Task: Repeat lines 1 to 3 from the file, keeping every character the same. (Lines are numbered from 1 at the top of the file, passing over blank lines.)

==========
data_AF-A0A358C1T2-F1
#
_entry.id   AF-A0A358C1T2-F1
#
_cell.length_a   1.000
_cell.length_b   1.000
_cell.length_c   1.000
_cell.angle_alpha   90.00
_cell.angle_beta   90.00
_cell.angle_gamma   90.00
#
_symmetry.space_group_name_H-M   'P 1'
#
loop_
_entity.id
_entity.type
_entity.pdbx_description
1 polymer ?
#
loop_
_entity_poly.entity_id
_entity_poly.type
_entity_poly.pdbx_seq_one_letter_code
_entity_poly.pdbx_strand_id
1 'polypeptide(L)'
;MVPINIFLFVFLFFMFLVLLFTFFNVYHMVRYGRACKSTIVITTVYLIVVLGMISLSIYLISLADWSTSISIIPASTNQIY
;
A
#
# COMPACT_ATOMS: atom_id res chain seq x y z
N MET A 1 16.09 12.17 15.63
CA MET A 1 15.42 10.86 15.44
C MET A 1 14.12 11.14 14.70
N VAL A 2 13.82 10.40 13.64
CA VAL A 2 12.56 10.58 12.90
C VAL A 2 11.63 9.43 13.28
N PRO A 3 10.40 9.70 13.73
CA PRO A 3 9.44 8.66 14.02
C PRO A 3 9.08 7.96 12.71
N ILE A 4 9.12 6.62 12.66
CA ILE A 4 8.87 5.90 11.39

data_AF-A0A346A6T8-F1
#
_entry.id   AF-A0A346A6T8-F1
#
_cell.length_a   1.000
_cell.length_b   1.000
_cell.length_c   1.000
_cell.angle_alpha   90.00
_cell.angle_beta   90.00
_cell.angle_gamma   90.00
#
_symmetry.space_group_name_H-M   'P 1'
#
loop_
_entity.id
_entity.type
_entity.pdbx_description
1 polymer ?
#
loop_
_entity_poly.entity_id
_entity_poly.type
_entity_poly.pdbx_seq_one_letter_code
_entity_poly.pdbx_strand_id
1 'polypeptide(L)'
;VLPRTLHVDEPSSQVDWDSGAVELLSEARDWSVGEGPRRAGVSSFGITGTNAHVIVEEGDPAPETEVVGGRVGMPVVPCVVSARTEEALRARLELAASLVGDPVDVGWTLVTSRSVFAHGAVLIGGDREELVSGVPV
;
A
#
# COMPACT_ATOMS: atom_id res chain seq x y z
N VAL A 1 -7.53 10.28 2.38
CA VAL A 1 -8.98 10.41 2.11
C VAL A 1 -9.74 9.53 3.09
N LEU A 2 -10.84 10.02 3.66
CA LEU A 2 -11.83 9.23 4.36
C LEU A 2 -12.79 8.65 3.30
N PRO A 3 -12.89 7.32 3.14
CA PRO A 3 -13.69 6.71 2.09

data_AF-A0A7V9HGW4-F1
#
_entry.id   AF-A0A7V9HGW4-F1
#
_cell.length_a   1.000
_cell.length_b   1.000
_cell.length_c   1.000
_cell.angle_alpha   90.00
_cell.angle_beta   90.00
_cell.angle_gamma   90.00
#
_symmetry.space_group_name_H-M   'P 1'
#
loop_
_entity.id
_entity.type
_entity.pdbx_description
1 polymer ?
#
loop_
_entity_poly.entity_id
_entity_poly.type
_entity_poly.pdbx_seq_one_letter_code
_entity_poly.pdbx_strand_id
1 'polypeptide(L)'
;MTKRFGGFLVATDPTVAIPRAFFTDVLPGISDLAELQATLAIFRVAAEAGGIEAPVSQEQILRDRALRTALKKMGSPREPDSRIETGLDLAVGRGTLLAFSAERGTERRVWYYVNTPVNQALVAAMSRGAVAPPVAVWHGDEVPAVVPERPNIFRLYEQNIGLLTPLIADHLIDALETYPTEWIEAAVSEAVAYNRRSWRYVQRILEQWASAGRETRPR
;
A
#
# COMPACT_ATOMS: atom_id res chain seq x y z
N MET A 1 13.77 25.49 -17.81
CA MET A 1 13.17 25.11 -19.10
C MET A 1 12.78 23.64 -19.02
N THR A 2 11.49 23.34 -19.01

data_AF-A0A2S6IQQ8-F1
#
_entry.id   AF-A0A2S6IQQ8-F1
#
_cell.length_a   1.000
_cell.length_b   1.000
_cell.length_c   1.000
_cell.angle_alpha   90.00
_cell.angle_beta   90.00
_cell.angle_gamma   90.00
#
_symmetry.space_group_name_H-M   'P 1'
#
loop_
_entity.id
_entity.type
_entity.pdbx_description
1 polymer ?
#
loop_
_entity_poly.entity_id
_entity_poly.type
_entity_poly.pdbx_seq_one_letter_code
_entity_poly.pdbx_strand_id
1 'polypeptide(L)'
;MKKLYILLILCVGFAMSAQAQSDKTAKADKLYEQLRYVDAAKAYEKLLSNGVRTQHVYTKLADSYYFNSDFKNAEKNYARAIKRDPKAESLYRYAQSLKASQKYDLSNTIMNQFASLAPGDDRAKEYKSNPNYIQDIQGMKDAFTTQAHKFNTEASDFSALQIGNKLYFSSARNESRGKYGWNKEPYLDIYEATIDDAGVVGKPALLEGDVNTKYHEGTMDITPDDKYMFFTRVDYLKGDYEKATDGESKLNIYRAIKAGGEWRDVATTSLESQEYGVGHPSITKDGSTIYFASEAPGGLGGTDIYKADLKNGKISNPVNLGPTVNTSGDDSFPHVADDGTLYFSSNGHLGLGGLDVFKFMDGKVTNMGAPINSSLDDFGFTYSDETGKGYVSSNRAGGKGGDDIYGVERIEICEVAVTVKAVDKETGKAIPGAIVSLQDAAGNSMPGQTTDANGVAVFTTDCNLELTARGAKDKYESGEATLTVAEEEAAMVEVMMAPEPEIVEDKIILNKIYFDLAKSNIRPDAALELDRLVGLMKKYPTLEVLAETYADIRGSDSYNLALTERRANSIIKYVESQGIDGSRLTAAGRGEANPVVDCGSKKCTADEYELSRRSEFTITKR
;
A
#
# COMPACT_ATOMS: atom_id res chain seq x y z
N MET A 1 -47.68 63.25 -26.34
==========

data_AF-A0A358C1T2-F1
#
_entry.id   AF-A0A358C1T2-F1